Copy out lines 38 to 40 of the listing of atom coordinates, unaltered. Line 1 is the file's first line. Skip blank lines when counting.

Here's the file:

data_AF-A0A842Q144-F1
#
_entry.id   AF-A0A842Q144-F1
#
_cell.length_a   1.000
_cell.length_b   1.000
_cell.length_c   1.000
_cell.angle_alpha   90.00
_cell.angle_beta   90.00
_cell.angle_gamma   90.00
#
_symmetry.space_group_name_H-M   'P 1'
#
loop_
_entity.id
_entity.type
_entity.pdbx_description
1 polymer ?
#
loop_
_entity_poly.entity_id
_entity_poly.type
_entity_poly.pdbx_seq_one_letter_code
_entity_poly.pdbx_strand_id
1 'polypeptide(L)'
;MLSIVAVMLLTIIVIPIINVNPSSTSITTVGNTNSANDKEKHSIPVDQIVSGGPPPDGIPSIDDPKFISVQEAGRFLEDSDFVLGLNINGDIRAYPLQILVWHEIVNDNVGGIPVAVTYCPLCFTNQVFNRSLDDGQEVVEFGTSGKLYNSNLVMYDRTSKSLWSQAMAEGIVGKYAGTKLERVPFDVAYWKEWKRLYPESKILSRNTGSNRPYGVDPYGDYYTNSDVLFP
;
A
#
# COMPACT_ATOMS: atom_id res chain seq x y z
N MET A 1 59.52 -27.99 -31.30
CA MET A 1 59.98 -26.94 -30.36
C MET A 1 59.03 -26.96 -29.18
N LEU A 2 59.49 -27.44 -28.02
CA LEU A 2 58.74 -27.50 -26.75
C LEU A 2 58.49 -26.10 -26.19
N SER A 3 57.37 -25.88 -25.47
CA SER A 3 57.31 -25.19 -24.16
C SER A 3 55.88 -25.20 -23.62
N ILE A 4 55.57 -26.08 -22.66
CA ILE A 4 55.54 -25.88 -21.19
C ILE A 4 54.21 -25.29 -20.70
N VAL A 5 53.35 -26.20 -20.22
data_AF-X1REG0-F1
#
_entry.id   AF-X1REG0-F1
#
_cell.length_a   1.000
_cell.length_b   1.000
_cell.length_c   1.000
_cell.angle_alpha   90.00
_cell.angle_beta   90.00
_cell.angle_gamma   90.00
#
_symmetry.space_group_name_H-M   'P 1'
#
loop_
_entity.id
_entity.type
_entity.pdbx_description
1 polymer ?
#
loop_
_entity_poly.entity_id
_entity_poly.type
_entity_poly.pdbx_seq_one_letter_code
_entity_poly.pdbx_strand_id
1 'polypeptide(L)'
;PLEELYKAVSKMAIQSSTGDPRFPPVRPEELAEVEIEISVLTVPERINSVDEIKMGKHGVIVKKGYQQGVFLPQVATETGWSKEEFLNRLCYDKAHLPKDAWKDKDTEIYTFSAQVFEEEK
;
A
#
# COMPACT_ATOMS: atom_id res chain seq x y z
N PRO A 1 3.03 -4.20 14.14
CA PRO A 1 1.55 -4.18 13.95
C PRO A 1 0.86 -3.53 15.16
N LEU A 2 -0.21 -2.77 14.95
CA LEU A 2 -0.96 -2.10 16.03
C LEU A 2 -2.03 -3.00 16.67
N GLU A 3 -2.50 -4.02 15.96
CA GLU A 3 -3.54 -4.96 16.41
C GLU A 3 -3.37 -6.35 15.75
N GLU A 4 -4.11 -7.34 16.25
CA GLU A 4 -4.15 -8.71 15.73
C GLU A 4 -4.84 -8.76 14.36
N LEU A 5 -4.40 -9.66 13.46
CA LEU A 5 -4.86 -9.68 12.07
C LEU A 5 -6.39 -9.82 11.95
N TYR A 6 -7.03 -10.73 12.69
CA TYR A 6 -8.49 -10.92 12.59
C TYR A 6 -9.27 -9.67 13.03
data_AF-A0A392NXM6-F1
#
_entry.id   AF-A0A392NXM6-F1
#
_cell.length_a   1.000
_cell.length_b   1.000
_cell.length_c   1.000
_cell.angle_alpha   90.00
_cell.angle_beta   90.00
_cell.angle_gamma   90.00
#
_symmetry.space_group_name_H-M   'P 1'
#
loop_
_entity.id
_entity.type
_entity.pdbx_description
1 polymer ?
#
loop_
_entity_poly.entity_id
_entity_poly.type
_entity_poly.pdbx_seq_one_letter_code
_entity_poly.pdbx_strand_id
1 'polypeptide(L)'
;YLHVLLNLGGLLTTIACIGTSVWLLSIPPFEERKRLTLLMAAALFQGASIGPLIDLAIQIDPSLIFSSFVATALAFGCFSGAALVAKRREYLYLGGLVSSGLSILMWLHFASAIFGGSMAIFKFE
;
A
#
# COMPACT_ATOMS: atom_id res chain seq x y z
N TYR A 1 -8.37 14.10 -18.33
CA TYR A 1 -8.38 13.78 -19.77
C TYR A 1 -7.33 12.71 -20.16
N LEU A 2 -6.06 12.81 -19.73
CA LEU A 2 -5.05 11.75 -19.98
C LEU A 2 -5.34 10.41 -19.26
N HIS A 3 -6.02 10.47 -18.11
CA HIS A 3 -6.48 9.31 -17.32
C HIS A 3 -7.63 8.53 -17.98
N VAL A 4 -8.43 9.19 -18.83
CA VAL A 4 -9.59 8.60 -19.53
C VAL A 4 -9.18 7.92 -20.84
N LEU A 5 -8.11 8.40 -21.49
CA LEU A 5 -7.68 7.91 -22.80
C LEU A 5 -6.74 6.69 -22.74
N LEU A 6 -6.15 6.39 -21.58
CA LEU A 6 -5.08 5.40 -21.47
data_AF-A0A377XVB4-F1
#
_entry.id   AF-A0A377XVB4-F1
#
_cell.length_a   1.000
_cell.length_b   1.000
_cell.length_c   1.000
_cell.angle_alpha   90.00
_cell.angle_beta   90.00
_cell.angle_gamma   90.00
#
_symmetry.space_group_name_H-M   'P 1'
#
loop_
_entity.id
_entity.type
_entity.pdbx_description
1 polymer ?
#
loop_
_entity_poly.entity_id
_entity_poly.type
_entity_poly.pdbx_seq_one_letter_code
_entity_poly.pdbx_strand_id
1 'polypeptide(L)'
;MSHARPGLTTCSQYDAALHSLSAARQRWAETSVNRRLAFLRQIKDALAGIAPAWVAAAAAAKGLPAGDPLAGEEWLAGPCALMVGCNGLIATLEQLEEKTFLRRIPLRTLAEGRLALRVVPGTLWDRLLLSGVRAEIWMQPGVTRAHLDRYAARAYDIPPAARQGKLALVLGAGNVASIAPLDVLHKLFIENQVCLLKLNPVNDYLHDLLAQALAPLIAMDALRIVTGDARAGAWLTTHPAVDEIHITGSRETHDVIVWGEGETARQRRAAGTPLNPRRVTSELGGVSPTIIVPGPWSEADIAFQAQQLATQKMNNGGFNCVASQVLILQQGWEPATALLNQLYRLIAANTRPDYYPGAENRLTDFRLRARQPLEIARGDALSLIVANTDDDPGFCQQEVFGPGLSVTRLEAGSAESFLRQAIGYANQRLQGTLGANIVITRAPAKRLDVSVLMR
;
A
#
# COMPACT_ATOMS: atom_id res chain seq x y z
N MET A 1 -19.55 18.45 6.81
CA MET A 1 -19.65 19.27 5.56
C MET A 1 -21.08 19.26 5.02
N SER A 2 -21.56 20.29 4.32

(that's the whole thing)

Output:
CA SER A 3 57.31 -25.19 -24.16
C SER A 3 55.88 -25.20 -23.62
N ILE A 4 55.57 -26.08 -22.66